Signum Documentation

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Base Entities

Signum Framework provides a clear hierarchy of classes that serve as base classes for your own entities:

  • Modifiable: Base class with embedded change tracking.
    • MList<T>: Similar to List<T> but with embedded change tracking.
    • Lite<T>: Allows lazy relationships and lightweight strongly-typed references to entities.
    • ModifiableEntity:: Base class for entities with change tracking and validation.
      • EmbeddedEntity: Base class for entities without Id that live inside other entities.
        • ModelEntity: Base class for entities that won't be saved in the database (ViewModels)
      • Entity: Base class for entities with their own table in the database, Id, ToString and optional concurrency control
      • MixinEntity: Type of entity witch properties are effectively appended to the end of another Entity.


At the very root we find the Modifiable class, inheriting from object. It's not even an entity, in fact it's so abstract that it's a hard to explain. It's the base class for anything that can be saved and provides change tracking. Even MList<T> and Lite<T> inherit from this Modifiable.

Basically Modifiable contains the property Modified of type ModifiedState.

Modifiable defines the PreSaving and PostRetriving virtual methods, that will be called just before saving an object and just after retrieving it.

Also, Modifiable has an important role on Entity Graphs.


The simplest entity possible. Your entities shouldn't inherit from ModifiableEntity directly.

ModifiableEntity implements Modifiable.Modified by checking if some fields was modified. To do so, it exposes the protected Set method.

ModifiableEntity also implements IDataErrorInfo and provides the basic plumbing for Validation.


Base class to be used when you want an entity to be embedded inside of the holders Entity. Small entities like Interval, SocialSecurityNumber, Color, GpsLocation or Address could inherit from here.

In the current implementation, this class adds nothing over ModifiableEntity. Instead it's just a marker class to make it easier to remember what to subclass when you want Embedded behavior.

On the database, embedded fields are stored in the parent entity table. Let's see an example:

  • If a PersonEntity class has an EmbeddedEntity of type AddressEntity with name HomeAddress.
  • And AddressEntity has a field Street.
  • Then PersonEntity table will have a column with name HomeAddress_Street.

Since EmbeddedEntity is a classes (reference types), by default they are nullable in the database as well, in order to reduce type-mismatch. This behavior is implemented adding a HasValue column and forcing nullability to the remaining embedded fields.

Most of the time this behavior is unnecessary. You can remove it using [NotNullableAttribute] in your EmbeddedEntity field.


Model entities are entities not meant to be stored in the database, just used as ViewModels for complex windows/webs that do not map exactly to the database, or temporal dialog that could be passed as a parameter to operations.

Currently they inherit from EmbeddedEntity for simplicity, but they are not an embedded entity.

ModelEntity also has all the powerful validation/change-notification/change-tracking features from ModifiableEntity-


This is the base entity with its own table. It also has:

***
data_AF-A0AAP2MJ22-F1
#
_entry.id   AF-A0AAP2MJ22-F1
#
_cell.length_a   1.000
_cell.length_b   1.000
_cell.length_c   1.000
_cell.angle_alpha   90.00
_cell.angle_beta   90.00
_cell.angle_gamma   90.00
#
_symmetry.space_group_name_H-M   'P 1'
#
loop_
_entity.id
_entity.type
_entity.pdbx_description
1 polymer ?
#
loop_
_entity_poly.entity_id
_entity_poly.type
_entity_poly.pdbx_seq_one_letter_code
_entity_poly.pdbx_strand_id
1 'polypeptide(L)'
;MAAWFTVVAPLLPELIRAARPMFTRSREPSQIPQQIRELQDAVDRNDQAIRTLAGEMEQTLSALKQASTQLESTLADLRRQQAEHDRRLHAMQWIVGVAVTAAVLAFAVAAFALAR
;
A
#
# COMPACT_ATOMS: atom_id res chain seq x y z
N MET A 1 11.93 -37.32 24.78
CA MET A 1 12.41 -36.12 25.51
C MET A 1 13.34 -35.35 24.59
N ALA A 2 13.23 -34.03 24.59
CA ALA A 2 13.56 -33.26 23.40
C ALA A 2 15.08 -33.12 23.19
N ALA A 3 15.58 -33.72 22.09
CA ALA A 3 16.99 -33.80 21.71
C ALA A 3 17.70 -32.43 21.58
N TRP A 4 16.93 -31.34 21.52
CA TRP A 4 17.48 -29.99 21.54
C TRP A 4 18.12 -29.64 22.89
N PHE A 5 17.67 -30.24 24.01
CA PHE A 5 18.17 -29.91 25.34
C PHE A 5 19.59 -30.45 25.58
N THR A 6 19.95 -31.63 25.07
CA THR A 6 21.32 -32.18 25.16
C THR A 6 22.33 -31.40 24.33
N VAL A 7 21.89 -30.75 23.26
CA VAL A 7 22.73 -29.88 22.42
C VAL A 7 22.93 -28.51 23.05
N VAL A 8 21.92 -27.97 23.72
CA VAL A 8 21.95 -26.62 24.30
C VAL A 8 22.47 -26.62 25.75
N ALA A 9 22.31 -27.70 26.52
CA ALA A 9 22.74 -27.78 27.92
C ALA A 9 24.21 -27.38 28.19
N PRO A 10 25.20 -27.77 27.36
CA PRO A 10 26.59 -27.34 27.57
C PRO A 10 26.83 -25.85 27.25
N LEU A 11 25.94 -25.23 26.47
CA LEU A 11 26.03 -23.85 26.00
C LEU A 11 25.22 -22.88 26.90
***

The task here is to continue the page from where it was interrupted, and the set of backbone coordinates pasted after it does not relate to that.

• Defines the Id field of type PrimaryKey. The property throws a InvalidOperationExeption if the entity is null.
  • Defines the IdOrNull property of type PrimaryKey? witch return null if the entity is new.
  • Defines the IsNew property that returns true when the entity is new.
  • Defines ToStringProperty that evaluates ToString bus can be invalidated. Useful for binding.
  • Generates ToStr column with the evaluation of ToString before saving if ToStringExpression is not defined.
  • Overrides Equals and GetHashCode to depend on the Id and Type, not in reference equality.
  • Is the basic container of Mixins.

Classes inheriting from Entity also need to provide and EntityKindAttribute.

Concurrency Support

Additionally, Entity also contains optional concurrency support using Ticks field that stores the current version of the entity. The actual value is just DateTime.Now.Ticks of the moment the entity is saved.

Each time we Save an entity we also update the Ticks value.

Also, while saving a modified entity, we test if the Ticks value of the entity is not the same as the one in the database. If that would happen, an exception will be thrown and the transaction will be rollbacked.

When modifying a MList<T> only the necessary commands (INSERT/DELETE/UPDATE) are sent to the database. Applying this changes to an entity different than the one in-memory will create a corrupt state, that's why MList<T> fields can only be part of entities with Ticks

You can disable concurrency control by applying TicksAttribute(false) to the type. This is usefull for simple types created by the Synchronizer, like Enums, Symbols or your own run-time modifiable enumerated types: TypeOfCustomer, Country, State, etc... because these classes don't have concurrency problems (they are rarely modified) and they don't have MList<T>.

IEntity interface

Apart from these features, it implements the IEntity interface, which is just a marker interface in case you want to use ImplementedBy or ImplmentedByAll over interfaces. See more about Inheritance.

This interface is only implemented by Entity class and should be inherited by any interface that will be used by Polymorphic Foreign Key. For example:

public interface IProcessDataEntity : IEntity

By using an interface inheriting from IEntity, instead of a class inheriting from Entity, implementers are free to inherit from the class they want.